To compare the effects of using different energies in a Smart City, we use the concept of primary energy to quantify and compare the amounts of energy in their form available in nature, whether fossil or renewable.
Primary energy is opposed to final energy, ie the energy in the form in which it is consumed and billed, for instance electricity. The most frequent primary energy sources are oil, gas, uranium, wood before processing as well as wind, solar photovoltaic, hydro or geothermal energy.
The difference between primary energy and final energy represents all losses caused by the transformation of energy in the raw state into consumable energy, these losses occurring during the production or the transportation stage of this final energy.
Consumers compare different systems, which consume energy, through their equivalent primary energy consumption to penalize rightly the inefficient energy transformation systems.
The conversion of the final energy in primary energy is made through factors, mostly fixed by regulation.
In many countries, the conversion factor of primary energies used in thermal applications is 1: the final energy equals the primary energy. For electricity, the production process in a country is more or less effective depending on the national energy mix. The conversion factor of 2.6 in Germany, 2.58 in France, 2.6 in Spain, 2.92 in the UK.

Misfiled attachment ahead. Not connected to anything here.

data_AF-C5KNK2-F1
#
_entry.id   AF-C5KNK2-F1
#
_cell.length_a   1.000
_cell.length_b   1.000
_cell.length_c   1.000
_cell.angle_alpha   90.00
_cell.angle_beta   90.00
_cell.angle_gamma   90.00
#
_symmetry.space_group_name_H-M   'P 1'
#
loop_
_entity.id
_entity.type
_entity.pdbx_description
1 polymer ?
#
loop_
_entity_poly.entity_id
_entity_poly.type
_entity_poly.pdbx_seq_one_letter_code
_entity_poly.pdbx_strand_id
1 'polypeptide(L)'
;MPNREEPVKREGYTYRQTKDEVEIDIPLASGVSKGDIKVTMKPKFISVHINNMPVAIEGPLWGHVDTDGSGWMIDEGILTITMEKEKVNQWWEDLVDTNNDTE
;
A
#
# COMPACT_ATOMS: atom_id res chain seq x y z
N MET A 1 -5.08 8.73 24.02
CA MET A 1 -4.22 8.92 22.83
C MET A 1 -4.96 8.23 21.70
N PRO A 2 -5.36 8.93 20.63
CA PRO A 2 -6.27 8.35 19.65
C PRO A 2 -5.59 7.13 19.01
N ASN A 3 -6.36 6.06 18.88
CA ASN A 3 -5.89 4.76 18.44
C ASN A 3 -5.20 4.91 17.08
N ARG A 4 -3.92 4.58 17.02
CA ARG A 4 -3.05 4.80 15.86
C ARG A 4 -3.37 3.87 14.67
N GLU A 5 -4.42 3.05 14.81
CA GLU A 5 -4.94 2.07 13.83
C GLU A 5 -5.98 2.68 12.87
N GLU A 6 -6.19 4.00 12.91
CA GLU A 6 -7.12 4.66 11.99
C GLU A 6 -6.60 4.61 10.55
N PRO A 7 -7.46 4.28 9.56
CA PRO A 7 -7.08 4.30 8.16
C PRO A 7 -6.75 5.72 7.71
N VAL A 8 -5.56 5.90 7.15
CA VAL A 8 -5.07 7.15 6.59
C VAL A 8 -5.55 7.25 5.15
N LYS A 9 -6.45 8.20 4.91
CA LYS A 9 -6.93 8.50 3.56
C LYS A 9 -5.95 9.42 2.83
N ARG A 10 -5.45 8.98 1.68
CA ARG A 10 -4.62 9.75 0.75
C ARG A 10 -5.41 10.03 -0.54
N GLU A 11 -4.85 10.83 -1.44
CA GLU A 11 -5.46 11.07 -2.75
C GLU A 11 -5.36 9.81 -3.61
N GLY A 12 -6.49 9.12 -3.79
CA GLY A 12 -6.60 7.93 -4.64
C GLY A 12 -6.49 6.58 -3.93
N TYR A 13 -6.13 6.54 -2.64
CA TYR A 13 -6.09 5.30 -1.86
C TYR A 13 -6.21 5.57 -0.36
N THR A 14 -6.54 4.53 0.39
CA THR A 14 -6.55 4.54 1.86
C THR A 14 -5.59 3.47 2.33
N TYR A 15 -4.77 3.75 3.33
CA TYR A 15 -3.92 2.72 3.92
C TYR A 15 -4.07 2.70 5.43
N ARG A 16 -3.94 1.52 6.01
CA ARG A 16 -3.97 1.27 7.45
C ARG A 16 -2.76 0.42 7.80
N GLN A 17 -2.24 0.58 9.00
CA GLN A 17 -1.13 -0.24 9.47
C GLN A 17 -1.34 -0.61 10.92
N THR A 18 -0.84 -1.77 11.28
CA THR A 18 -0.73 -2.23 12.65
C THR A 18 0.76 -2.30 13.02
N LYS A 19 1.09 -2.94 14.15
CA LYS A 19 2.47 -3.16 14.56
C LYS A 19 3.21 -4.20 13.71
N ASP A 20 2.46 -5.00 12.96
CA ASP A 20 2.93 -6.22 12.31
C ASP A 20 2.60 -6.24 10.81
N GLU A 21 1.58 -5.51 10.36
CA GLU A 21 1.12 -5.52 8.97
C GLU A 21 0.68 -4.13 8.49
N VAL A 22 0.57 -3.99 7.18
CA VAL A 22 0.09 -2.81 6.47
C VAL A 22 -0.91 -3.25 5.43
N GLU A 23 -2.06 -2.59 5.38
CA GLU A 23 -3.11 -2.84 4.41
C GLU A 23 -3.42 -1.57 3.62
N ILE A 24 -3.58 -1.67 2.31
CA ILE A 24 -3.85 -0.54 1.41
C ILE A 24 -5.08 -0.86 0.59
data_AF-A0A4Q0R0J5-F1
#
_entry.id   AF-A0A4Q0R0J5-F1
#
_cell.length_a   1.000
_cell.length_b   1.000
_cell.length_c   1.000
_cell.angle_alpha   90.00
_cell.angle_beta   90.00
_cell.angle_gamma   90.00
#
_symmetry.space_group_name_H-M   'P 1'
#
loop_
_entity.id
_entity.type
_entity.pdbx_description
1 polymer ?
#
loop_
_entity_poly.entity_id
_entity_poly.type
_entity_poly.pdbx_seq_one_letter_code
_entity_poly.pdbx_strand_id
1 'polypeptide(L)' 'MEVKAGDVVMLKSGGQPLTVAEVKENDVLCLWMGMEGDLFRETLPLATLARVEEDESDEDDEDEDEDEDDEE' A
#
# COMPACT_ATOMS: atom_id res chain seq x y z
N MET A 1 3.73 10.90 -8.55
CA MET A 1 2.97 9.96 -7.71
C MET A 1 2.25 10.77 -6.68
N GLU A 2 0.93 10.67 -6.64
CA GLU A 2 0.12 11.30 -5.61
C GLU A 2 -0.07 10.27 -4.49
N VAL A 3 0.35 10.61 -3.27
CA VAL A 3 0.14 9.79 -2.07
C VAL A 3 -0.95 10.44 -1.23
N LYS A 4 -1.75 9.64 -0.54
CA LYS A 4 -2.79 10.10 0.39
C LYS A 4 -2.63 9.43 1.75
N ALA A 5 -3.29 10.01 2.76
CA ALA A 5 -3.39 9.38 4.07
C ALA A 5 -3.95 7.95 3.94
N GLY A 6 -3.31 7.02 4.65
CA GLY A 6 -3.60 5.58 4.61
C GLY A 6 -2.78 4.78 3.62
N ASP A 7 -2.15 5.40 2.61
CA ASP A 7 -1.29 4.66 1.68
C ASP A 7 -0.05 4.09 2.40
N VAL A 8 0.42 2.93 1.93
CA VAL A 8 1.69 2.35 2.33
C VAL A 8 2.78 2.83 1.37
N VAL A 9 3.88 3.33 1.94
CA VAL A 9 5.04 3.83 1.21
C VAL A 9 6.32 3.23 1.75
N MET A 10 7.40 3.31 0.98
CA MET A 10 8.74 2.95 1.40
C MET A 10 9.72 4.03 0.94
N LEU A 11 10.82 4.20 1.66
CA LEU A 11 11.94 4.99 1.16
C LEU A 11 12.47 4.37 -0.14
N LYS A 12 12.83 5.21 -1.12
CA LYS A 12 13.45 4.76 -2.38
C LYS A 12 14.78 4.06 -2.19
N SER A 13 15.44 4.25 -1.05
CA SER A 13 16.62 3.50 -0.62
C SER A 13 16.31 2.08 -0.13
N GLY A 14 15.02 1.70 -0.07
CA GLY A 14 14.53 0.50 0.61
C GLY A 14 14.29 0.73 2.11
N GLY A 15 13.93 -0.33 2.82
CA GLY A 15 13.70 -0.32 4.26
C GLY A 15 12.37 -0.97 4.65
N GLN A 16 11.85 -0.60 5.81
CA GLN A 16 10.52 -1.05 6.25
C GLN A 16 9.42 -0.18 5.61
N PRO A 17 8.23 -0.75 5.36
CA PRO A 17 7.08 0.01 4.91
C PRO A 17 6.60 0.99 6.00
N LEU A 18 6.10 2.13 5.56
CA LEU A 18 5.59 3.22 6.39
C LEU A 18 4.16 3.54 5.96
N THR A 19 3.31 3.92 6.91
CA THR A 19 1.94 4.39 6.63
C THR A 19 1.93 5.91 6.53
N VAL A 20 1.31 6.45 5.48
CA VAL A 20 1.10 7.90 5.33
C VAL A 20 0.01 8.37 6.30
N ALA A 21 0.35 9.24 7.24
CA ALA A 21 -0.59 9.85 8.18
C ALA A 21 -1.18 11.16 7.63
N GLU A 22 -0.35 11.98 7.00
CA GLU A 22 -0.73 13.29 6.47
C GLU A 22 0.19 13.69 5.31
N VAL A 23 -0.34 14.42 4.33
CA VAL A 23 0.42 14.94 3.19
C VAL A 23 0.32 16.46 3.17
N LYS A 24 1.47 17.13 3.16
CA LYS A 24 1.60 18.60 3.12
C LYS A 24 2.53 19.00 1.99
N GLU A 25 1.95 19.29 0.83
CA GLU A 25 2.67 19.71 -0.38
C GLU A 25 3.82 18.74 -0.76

This conversion factor is a regulated factor that depends on the country’s energy mix but also on political inputs. For example, the real French conversion factor of 1 kWh electricity in 1 kWh of primary energy is, in reality, more than 3.2: the regulated factor of 2.58 tends to penalize less the use of electricity as a source of final energy .
Taking decisions based on the primary energy consumption energy gives a more limited role to electricity, especially in thermal applications, unless the energy mix is highly dominated by renewable sources. This reasoning is today no longer enough: for heat production, the direct use of fossil fuels, emitting greenhouse gases and the use of renewable energy are not differentiated; in both cases, the primary energy consumed is the same.
The conversion of primary energy consumption must absolutely be accompanied by a monitoring of the development of the energy mix or primary energy corresponding to renewable energy should gradually converge to 0, to mark a difference with fossil fuels.
In a landscape where some cities will get ahead by deploying energy systems emitting less greenhouse gas, it will be important to allow the application of local conversion factors, allowing for a different local reality. Otherwise, the application of national factors in such a city will slow down the harvest of the benefits of local politics.
As for national factors when it comes to defending a historic national industry, a political input will be welcome to support through these local factors virtuous initiatives on energy transition.
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